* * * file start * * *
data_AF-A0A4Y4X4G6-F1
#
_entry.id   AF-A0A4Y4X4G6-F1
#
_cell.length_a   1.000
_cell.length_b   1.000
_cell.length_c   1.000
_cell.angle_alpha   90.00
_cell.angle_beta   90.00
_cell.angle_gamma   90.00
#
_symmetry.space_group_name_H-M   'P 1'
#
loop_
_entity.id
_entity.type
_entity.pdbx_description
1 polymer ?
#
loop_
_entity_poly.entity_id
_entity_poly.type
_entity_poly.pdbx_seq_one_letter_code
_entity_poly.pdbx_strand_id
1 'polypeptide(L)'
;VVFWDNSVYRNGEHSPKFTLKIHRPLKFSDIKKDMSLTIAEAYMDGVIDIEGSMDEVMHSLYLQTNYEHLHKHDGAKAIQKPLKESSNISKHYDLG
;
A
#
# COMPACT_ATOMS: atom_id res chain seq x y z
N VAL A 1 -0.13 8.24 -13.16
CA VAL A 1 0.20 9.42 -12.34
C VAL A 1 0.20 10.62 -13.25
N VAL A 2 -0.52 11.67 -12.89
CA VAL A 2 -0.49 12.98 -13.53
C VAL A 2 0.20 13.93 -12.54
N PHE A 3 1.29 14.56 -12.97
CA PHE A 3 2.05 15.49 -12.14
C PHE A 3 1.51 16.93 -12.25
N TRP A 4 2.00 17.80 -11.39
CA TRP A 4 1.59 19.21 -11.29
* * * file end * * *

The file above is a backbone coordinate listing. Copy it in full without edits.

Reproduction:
data_AF-A0A4Y4X4G6-F1
#
_entry.id   AF-A0A4Y4X4G6-F1
#
_cell.length_a   1.000
_cell.length_b   1.000
_cell.length_c   1.000
_cell.angle_alpha   90.00
_cell.angle_beta   90.00
_cell.angle_gamma   90.00
#
_symmetry.space_group_name_H-M   'P 1'
#
loop_
_entity.id
_entity.type
_entity.pdbx_description
1 polymer ?
#
loop_
_entity_poly.entity_id
_entity_poly.type
_entity_poly.pdbx_seq_one_letter_code
_entity_poly.pdbx_strand_id
1 'polypeptide(L)'
;VVFWDNSVYRNGEHSPKFTLKIHRPLKFSDIKKDMSLTIAEAYMDGVIDIEGSMDEVMHSLYLQTNYEHLHKHDGAKAIQKPLKESSNISKHYDLG
;
A
#
# COMPACT_ATOMS: atom_id res chain seq x y z
N VAL A 1 -0.13 8.24 -13.16
CA VAL A 1 0.20 9.42 -12.34
C VAL A 1 0.20 10.62 -13.25
N VAL A 2 -0.52 11.67 -12.89
CA VAL A 2 -0.49 12.98 -13.53
C VAL A 2 0.20 13.93 -12.54
N PHE A 3 1.29 14.56 -12.97
CA PHE A 3 2.05 15.49 -12.14
C PHE A 3 1.51 16.93 -12.25
N TRP A 4 2.00 17.80 -11.39
CA TRP A 4 1.59 19.21 -11.29